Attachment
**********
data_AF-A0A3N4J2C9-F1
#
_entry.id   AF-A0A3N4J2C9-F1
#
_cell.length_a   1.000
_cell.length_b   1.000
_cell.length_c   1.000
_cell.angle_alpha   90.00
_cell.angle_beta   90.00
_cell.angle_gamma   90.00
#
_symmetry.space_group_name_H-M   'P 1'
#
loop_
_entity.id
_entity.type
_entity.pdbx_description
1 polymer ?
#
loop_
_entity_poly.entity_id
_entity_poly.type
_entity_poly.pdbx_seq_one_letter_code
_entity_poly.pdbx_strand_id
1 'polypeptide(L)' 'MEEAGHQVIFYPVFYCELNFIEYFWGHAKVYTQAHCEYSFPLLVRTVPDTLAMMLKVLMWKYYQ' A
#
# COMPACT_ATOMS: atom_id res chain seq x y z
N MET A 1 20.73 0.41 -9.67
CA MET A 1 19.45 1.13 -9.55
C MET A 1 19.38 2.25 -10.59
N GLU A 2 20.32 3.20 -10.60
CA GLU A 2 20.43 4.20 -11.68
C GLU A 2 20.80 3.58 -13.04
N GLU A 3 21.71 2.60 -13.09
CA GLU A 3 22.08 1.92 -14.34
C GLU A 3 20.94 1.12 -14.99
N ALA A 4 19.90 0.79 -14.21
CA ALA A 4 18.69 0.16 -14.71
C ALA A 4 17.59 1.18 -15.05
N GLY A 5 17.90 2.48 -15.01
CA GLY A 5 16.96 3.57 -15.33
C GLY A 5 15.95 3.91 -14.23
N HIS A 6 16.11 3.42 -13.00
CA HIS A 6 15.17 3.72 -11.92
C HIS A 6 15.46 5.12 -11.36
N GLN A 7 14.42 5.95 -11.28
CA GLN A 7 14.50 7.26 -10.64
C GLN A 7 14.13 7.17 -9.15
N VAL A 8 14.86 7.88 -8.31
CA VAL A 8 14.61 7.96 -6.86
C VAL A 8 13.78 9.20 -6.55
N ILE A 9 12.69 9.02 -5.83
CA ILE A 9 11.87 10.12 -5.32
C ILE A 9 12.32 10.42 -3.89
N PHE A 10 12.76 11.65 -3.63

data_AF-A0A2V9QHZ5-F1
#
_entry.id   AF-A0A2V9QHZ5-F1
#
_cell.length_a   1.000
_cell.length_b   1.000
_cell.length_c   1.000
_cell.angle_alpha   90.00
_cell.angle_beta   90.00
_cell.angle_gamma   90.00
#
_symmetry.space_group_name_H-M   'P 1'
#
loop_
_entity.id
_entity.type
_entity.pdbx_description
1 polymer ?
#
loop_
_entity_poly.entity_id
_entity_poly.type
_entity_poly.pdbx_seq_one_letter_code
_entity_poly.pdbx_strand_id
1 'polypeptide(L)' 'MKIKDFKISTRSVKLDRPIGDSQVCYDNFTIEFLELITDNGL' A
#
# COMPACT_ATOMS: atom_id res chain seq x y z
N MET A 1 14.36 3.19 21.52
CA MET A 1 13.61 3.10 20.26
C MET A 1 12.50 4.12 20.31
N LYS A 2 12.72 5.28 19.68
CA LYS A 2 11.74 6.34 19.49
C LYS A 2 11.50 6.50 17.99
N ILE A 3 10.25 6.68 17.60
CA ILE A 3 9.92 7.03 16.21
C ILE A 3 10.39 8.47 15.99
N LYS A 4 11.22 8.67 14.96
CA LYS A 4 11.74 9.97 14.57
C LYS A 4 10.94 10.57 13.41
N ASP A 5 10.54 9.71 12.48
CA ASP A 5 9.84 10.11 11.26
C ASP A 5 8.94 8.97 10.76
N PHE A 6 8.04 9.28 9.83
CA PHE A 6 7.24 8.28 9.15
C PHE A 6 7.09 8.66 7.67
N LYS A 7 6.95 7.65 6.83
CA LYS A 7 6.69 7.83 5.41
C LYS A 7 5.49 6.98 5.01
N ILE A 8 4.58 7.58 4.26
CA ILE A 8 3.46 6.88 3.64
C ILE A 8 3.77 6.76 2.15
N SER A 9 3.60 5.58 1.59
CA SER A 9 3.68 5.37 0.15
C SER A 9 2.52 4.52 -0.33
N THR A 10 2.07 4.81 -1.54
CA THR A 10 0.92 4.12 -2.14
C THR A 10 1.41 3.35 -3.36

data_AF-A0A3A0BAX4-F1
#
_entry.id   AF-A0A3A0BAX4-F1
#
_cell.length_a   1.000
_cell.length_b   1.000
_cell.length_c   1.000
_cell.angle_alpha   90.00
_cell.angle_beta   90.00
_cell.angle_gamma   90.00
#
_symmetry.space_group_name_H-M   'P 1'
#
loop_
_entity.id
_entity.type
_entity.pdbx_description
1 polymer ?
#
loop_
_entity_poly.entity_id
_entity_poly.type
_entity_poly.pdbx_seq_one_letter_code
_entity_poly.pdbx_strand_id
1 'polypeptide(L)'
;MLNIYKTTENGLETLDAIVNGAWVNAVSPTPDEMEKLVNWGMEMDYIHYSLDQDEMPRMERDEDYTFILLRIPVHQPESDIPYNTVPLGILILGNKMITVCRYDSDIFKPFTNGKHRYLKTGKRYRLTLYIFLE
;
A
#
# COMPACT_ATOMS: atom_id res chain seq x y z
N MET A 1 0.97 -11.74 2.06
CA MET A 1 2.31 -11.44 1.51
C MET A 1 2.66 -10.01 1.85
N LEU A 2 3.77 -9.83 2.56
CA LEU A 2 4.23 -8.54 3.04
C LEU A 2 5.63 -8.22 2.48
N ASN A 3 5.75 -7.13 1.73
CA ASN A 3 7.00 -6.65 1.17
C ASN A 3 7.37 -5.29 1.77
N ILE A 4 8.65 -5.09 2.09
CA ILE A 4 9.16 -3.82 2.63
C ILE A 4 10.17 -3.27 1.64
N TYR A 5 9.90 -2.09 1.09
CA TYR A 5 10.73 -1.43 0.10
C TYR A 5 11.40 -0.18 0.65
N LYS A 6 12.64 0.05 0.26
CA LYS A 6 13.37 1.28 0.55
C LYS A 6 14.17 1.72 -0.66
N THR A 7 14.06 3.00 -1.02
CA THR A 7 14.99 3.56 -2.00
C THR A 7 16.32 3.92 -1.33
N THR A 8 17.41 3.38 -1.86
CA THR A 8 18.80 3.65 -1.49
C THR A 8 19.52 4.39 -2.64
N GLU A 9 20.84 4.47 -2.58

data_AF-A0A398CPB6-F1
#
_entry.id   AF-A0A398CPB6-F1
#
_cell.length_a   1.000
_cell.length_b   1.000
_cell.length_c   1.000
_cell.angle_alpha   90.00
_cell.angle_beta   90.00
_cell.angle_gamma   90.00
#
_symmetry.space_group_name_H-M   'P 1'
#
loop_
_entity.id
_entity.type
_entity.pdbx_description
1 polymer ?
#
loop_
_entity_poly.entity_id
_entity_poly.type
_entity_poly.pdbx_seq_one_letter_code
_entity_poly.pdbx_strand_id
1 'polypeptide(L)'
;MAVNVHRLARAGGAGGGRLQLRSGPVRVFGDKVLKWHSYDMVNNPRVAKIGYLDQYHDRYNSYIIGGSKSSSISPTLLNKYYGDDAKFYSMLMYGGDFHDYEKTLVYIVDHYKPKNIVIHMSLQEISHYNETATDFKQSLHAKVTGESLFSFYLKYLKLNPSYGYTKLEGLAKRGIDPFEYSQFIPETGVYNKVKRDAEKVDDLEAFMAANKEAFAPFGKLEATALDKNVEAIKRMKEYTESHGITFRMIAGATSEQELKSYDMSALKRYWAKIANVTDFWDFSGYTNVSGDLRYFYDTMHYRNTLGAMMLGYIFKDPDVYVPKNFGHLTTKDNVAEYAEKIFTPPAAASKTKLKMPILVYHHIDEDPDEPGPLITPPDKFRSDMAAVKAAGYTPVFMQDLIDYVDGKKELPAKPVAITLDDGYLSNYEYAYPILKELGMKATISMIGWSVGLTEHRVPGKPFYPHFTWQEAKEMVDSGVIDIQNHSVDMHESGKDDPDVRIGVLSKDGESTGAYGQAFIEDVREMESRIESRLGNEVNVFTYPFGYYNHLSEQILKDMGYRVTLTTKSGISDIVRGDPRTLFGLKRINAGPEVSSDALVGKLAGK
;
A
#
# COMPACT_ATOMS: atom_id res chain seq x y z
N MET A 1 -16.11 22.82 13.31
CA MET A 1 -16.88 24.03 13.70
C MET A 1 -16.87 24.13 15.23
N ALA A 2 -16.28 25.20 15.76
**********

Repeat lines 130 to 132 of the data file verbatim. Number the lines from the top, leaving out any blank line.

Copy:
1 polymer ?
#
loop_